In organic farming, one of the main ways the farmer amends the soil is by adding sources of carbon. Cover crops, straw mulch, manure, compost, dead leaves, and other sources are all added to the soil. Of course, because the microbial activity is always “burning up” the carbon, the organic farmer is always thinking about how to add more and more carbon. However, too much carbon (like sawdust) can tie up nutrients (especially nitrogen) while the microbes are decomposing the dead plant material, so it is a balancing act. But generally, if a person is adding more carbon than is being burned up each year, then the soil is improved structurally and in nutrient holding capacity and carbon is being “sequestered” in the soil, at least temporarily. The promise of Biochar for organic farmers is that by adding charcoal to the soil, all of the benefits of adding carbon will be realized without all the losses to decomposition. The carbon in the Biochar will also be sequestered for a very long time. Of course, non-charcoal organic matter will also have to be added for the available nutrients, but when those nutrients are available, the Biochar will act like humus and hold on to the ionic nutrients.
The prospect of adding Biochar to the soil is exciting for us in this part of Wisconsin, but the real promise for Biochar is in the warm tropical climates. As air temperature rises, it increases the biological activity of the soil. Decomposition of organic matter is much faster in the tropics. Also heavy rainfall in the rain forest area means that water-soluble nutrients that are not bound in the soil are quickly washed away. This means that in tropical ecosystems, most of the carbon is not usually in the soil, instead it is tied up in the vegetation. This means that the amount of carbon that can be sequestered is limited to the living vegetation. In a functioning old growth rain forest, that is still a lot of carbon, but in a pasture or farmed fields, it is not very much. Also, because of the temperature and fast decomposition, tropical organic farmers have a hard time adding enough carbon to improve the soil. If people are going to continue to live in the tropics, then the long term soil health is important. Without soil health, farmers are forced to clear more and more forests to find new soils that have not been totally depleted. This clearing can have a disastrous effect on the local micro-climate, drying up springs, increasing temperature swings, and decreasing rainfall. In the global climate, the clearing of tropical forests is even worse, releasing all of the carbon stored in the vegetation and contributing to global climate change. If Biochar could be widely applied in the tropics, then less arable land would be needed to feed the same number of people. Then less forest would need to be cut down and therefore carbon could be sequestered in the forests and in the soils.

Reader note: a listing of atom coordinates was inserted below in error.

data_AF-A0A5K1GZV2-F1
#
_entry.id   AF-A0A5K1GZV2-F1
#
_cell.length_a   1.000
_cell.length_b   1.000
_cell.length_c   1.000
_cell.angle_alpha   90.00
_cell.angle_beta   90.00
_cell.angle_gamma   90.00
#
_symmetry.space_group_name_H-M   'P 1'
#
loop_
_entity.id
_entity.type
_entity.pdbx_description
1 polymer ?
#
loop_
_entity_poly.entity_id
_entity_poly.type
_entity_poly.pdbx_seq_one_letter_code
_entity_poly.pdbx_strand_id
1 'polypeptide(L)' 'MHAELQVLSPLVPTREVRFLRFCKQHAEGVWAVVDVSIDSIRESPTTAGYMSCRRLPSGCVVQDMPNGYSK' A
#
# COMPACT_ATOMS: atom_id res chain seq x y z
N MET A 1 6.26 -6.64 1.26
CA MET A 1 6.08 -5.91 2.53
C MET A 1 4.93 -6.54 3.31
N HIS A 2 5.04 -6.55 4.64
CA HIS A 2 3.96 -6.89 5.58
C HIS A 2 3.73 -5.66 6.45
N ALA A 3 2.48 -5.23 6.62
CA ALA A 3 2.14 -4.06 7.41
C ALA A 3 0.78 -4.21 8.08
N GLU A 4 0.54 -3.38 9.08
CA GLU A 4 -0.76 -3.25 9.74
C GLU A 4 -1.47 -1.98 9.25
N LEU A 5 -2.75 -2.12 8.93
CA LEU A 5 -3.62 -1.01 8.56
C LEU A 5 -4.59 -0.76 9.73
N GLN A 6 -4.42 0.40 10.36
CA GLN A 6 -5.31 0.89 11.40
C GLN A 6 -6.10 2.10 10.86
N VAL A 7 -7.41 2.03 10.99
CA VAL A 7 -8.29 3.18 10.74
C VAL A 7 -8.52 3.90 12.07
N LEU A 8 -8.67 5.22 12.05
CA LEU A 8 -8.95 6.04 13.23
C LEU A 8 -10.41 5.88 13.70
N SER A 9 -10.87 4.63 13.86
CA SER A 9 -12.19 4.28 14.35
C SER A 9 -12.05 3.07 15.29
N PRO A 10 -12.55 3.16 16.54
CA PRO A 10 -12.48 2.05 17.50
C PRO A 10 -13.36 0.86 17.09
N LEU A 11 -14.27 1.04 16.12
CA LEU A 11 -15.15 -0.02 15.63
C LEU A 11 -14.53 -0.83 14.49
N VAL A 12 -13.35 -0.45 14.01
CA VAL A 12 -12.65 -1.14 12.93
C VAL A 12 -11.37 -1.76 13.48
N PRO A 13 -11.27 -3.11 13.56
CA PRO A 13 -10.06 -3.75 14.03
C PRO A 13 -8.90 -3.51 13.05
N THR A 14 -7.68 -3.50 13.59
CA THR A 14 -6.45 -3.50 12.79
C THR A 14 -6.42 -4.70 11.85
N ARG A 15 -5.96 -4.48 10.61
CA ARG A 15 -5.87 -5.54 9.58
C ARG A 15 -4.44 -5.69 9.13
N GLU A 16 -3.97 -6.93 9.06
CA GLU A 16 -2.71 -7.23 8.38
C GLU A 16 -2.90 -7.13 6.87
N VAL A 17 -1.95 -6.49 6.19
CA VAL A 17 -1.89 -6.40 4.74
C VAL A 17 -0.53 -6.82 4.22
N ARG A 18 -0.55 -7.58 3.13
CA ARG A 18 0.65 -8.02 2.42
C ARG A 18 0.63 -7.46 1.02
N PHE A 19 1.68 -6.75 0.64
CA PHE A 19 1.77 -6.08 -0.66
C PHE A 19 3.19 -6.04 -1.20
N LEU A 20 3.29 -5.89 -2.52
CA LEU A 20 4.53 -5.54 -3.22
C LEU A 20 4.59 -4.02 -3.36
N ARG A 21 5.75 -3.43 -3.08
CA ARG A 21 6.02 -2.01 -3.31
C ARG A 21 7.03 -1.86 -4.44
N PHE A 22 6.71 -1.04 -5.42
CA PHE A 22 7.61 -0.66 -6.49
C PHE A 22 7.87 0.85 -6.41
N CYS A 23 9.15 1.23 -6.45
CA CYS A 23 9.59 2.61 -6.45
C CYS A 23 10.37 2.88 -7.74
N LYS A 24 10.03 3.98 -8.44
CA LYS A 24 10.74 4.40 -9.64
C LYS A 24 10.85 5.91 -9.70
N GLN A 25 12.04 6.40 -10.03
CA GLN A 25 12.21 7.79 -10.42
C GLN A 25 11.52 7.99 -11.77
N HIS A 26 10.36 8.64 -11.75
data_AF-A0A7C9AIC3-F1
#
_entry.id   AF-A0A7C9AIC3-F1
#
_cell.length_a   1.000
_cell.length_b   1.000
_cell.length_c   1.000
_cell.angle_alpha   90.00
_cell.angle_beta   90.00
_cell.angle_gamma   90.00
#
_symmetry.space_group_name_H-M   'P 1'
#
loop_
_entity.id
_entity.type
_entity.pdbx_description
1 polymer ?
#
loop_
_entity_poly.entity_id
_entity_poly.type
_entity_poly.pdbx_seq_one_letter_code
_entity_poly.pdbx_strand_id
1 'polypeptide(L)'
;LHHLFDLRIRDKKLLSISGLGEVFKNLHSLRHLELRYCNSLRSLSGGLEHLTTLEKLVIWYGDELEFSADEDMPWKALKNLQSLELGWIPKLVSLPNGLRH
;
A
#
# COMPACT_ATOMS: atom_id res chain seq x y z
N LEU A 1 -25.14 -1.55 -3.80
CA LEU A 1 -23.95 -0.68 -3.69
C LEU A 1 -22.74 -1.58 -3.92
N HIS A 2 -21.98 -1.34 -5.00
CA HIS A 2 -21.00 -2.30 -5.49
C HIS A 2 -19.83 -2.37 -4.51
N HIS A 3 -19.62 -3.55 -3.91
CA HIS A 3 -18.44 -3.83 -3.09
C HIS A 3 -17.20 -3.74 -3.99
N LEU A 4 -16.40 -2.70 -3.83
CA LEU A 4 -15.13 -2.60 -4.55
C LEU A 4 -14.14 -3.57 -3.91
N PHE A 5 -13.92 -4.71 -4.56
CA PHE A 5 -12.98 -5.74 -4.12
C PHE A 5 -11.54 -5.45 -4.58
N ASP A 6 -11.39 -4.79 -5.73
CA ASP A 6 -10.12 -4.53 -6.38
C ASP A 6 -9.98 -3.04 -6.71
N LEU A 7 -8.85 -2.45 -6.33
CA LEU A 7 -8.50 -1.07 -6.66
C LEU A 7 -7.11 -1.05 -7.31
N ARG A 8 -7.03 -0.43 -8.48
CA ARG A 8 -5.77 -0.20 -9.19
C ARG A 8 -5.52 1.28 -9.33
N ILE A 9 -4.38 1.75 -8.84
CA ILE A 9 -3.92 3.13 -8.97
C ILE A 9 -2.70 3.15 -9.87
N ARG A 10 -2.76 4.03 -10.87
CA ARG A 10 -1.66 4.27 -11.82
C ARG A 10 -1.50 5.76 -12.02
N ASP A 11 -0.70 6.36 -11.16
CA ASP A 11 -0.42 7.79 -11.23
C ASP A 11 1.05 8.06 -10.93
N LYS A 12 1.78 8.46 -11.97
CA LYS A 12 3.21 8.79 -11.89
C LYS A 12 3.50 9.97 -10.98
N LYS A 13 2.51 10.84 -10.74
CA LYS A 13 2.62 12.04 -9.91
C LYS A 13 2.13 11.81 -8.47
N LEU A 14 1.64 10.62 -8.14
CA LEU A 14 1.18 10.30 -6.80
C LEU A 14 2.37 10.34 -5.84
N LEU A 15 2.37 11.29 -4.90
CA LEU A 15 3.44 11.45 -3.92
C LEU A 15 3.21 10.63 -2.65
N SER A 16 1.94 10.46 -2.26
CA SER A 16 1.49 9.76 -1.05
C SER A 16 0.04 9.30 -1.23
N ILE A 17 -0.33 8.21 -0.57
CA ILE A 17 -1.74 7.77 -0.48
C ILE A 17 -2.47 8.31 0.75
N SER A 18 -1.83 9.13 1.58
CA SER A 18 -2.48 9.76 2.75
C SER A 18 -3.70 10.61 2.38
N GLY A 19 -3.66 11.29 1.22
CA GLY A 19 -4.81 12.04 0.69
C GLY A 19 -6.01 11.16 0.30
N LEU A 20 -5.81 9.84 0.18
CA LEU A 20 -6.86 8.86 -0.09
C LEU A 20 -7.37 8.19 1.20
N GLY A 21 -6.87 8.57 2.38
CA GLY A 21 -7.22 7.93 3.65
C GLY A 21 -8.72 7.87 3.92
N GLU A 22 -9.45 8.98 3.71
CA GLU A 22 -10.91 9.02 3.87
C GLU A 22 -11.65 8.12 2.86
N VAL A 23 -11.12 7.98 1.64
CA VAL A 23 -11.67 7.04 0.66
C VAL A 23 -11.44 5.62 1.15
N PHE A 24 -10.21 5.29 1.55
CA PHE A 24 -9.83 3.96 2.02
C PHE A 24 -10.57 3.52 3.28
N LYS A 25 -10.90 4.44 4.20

There are complications and questions. Where would the carbon source come from to make charcoal on a large scale? Could we ever add enough charcoal back into the soils to make up for all of the coal, gas, oil and wood that we are currently burning up? To impact the climate, we will actually need to sequester MORE carbon than is being added to the air. I have been talking Biochar to anyone and everyone lately. A friend (Thanks Peter!) mentioned to me that in his understanding, Biochar may be the ONLY way to really sequester carbon, because the traditional way to sequester carbon by planting forests only sequesters for as long as the trees are alive, then they decompose and release much of their carbon back to the atmosphere. Another question is whether we could sequester carbon fast enough to halt the wheels of climate change.
Here's an article from someone who made her own biochar.
Video promoting biochar.